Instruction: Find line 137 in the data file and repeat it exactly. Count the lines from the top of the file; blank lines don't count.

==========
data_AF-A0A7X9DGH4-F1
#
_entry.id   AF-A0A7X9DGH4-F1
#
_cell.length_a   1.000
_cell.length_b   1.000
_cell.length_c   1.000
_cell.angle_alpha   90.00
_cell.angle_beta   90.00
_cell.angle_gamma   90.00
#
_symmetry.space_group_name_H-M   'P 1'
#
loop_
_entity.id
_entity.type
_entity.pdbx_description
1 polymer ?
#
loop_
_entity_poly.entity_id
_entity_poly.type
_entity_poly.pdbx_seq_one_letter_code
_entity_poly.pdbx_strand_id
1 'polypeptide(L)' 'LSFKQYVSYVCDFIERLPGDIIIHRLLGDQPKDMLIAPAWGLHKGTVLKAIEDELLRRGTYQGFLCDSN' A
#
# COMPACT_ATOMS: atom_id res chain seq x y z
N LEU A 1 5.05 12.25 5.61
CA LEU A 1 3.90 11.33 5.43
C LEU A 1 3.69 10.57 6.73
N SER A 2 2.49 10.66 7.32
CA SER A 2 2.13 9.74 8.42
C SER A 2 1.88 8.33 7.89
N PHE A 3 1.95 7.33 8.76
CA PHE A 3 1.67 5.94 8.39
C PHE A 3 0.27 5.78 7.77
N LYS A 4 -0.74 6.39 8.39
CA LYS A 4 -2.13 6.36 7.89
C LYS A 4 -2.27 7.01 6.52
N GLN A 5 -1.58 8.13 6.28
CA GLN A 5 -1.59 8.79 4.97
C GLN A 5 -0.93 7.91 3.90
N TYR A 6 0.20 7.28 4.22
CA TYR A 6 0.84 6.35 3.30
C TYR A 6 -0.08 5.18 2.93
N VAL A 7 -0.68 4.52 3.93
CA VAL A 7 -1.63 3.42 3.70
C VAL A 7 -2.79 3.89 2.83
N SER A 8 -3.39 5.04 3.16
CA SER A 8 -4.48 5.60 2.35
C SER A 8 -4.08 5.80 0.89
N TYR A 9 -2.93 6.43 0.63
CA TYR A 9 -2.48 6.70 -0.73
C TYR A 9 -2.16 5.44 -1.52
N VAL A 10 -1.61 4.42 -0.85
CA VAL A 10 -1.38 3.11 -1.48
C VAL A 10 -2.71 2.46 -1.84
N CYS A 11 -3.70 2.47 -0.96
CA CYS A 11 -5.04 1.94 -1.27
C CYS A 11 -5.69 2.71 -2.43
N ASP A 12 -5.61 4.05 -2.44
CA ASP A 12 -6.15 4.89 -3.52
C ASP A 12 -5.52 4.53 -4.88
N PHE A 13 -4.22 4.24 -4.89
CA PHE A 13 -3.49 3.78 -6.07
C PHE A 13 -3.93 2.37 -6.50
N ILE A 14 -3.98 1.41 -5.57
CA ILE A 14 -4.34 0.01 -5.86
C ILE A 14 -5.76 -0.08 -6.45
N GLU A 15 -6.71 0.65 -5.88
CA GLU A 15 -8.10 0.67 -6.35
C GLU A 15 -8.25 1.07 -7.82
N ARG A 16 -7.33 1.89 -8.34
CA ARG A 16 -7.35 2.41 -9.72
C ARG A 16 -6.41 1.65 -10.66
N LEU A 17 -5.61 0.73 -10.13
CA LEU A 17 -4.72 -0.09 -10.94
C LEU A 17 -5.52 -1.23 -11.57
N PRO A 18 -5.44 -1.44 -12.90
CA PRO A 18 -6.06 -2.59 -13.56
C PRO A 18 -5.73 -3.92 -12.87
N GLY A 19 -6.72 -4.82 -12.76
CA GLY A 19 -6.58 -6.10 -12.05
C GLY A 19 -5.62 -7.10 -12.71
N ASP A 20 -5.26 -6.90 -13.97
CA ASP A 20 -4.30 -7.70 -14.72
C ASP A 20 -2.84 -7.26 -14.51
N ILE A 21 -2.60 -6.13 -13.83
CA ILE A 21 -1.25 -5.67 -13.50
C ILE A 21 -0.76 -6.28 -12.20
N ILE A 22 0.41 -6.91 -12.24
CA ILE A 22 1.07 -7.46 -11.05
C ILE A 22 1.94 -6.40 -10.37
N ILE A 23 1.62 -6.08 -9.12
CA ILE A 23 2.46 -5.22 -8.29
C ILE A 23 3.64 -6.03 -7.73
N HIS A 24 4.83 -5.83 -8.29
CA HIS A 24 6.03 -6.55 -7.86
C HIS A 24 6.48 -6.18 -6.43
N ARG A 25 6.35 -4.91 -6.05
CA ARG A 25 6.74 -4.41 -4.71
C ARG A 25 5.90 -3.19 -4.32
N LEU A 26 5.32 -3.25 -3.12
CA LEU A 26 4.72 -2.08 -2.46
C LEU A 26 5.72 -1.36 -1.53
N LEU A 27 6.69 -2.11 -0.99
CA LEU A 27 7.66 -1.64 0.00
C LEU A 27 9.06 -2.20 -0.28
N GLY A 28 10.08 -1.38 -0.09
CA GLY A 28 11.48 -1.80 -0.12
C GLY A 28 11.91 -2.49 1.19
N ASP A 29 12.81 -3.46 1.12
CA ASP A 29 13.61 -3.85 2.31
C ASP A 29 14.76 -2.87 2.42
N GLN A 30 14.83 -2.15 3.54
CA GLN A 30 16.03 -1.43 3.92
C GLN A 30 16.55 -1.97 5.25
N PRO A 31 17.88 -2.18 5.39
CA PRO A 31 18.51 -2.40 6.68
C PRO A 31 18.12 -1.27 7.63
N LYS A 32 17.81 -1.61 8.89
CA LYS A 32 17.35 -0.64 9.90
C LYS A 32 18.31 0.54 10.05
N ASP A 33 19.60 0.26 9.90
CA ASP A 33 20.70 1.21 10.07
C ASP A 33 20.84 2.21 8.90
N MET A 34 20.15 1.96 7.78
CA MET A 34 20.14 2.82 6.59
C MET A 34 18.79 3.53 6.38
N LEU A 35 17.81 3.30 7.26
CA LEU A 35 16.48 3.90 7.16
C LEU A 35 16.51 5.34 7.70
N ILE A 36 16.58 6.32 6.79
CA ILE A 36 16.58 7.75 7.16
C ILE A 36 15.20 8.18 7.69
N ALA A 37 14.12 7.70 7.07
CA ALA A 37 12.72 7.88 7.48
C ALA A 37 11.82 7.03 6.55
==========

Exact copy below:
CA ALA A 37 12.72 7.88 7.48